Dirtying My Hands

Even though my RSS feed over there in the right column hasn’t worked for a month or two now, I still write quite a bit for Qvisory. Any topic that is work-related is fair game but I have a few pet topics, namely: resumes, work/life balance, and surviving at work.

With my background in recruiting, I have a pretty interesting take on writing resumes. After all, I did spend eight months of my life looking at countless resumes every day. I’ve seen great resumes, horrible resumes, and every shade in between. As such, I have a pretty decent idea of what employers are looking for in a good resume.

What I think is interesting, though, is how far removed writing about writing a resume is from actually writing a resume. There is a lot of job-hunting going on right now (the unemployment rate just went up to 6.1%! Zoinks!) and I’m doing my best to help several friends and family members land their next gig. As such, I’ve been reviewing/writing quite a few resumes lately.

Man, it’s one thing to write about how your wording should be concise and compelling, and quite another thing entirely to actually struggle with how to make selling cars sound compelling in a concise way. This just proves that people who give advice have to step down and get their hands dirty every once in awhile in order to stay relevant!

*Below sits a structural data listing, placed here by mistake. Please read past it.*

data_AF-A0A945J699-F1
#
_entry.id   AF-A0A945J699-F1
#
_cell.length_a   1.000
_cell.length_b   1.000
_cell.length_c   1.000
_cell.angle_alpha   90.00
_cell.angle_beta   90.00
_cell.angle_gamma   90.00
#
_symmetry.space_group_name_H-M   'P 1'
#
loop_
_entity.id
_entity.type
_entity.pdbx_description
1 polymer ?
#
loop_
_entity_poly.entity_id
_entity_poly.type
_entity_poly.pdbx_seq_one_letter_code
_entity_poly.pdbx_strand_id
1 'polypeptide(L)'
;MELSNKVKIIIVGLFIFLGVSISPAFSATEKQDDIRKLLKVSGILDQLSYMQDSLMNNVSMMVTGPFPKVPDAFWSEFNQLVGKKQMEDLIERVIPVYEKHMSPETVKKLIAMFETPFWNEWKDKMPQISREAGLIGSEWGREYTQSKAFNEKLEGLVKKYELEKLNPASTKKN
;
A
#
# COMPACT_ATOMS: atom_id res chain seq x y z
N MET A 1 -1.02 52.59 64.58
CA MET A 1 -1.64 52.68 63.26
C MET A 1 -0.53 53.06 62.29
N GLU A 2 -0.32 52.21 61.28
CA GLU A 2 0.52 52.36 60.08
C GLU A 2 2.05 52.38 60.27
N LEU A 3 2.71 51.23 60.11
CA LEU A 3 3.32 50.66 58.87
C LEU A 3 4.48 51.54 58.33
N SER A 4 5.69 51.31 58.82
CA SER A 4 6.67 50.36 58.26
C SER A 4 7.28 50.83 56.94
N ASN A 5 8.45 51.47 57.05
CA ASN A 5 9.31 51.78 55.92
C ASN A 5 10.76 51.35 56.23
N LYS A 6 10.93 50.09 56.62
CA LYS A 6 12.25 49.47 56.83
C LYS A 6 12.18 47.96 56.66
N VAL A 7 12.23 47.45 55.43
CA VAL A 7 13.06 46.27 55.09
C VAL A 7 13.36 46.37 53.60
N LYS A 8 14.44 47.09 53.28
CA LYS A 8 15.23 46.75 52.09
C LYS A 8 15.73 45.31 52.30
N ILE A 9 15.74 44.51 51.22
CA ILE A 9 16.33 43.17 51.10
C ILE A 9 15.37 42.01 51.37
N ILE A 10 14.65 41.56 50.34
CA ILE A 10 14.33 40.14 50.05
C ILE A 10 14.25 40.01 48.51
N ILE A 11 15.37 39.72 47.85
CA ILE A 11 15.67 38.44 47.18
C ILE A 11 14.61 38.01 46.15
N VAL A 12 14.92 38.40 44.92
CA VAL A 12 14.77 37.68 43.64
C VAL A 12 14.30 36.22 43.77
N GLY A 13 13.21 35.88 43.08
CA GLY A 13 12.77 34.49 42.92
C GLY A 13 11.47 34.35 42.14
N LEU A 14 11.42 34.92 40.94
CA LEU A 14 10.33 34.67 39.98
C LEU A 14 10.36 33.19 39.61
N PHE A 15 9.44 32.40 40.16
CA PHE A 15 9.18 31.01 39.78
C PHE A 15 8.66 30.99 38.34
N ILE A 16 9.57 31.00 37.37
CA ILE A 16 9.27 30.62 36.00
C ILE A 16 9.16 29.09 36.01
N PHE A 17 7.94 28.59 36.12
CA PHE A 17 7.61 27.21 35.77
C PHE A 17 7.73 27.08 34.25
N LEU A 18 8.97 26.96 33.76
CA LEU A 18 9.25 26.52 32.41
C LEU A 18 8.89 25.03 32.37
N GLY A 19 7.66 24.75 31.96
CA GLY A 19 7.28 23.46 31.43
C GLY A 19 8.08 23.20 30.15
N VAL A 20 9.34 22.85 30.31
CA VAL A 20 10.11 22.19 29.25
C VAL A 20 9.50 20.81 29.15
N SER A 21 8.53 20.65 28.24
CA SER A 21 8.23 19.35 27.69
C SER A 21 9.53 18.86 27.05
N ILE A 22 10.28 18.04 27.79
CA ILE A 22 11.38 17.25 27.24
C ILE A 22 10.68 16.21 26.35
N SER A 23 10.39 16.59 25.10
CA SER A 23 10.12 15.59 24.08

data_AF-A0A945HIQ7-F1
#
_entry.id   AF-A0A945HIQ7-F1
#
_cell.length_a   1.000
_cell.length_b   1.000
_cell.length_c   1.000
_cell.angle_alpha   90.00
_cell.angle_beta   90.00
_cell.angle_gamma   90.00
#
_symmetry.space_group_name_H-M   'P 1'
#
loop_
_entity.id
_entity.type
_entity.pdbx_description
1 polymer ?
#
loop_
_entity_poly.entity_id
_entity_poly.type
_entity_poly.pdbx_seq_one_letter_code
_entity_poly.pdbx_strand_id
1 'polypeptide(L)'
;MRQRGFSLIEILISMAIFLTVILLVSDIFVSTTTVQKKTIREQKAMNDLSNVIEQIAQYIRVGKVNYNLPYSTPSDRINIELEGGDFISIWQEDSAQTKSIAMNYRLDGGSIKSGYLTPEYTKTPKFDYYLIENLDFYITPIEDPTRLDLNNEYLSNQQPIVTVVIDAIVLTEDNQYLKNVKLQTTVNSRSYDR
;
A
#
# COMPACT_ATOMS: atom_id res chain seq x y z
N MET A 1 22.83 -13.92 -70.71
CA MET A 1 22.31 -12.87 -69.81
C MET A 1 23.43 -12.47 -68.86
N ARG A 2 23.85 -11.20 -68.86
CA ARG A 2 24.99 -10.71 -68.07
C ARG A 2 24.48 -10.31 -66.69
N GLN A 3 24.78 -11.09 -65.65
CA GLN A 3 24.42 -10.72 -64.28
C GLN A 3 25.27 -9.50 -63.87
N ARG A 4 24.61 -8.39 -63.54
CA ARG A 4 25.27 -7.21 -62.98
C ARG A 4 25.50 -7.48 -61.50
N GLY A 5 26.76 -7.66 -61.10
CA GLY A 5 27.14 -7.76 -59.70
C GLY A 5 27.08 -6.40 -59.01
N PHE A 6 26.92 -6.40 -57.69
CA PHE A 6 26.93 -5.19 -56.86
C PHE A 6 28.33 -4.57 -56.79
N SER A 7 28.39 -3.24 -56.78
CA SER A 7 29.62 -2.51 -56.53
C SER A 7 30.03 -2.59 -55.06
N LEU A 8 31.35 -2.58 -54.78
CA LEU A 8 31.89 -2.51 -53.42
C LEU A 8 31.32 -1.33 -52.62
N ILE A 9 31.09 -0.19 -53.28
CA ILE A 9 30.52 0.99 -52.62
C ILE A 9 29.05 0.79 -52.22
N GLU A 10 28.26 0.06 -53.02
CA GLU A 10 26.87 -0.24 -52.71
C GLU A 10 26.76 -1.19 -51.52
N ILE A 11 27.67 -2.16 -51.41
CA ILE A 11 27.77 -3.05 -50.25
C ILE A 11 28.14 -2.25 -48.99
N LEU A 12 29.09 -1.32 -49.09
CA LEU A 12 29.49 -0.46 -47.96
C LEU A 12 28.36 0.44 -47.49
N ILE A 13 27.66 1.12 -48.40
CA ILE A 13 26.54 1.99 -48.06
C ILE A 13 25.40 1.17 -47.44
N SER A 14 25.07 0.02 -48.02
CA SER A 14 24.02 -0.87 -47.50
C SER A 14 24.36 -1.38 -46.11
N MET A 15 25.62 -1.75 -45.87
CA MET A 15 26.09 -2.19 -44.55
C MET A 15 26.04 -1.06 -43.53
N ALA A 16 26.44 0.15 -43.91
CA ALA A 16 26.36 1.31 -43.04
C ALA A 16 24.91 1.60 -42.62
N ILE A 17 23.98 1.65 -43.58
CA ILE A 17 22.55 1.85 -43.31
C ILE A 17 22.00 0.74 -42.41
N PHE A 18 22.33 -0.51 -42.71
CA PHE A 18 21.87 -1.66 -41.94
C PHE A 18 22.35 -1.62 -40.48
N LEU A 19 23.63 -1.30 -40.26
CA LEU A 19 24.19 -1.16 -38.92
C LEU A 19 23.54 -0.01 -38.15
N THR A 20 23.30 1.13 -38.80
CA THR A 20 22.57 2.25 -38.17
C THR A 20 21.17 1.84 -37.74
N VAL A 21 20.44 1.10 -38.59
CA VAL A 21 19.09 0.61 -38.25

6 thoughts on “Dirtying My Hands

  1. I think going through resumes for even a few days in search of a candidate really gives one a perspective on how a resume is seen by potential employers. Or, rather, how it is seen by the entry level or temp drone tasked with sifting the wheat from the chaff. I had to do it, and I definitely formed some solid opinions about good resumes and bad resumes.

  2. -Dane, When you see a perfectly hopeless resume, don’t you kind of want to call the person and help them out? However, as is true of critics everywhere, it is endlessly easier to criticize a something than it is to actually create it!

  3. Yes I do. I transferred that urge by showing some of my jobless coworkers (it sounds strange until you think about the nature of my last position) the dos and don’ts of resumes. I like to think that any success they may have had was due solely to my efforts.

  4. -Dane, you really enjoy the puppet-master role, don’t you? Yeah, the image of you planning and financing a major heist is coming into sharper and sharper focus…

  5. -Dane, I’ll keep that in mind the next time I’m planning something big. I’ll make sure there’s a spot for you to give me money but also to run around with a stocking over your head, screaming at a chimpanzee while blazing a gun :)

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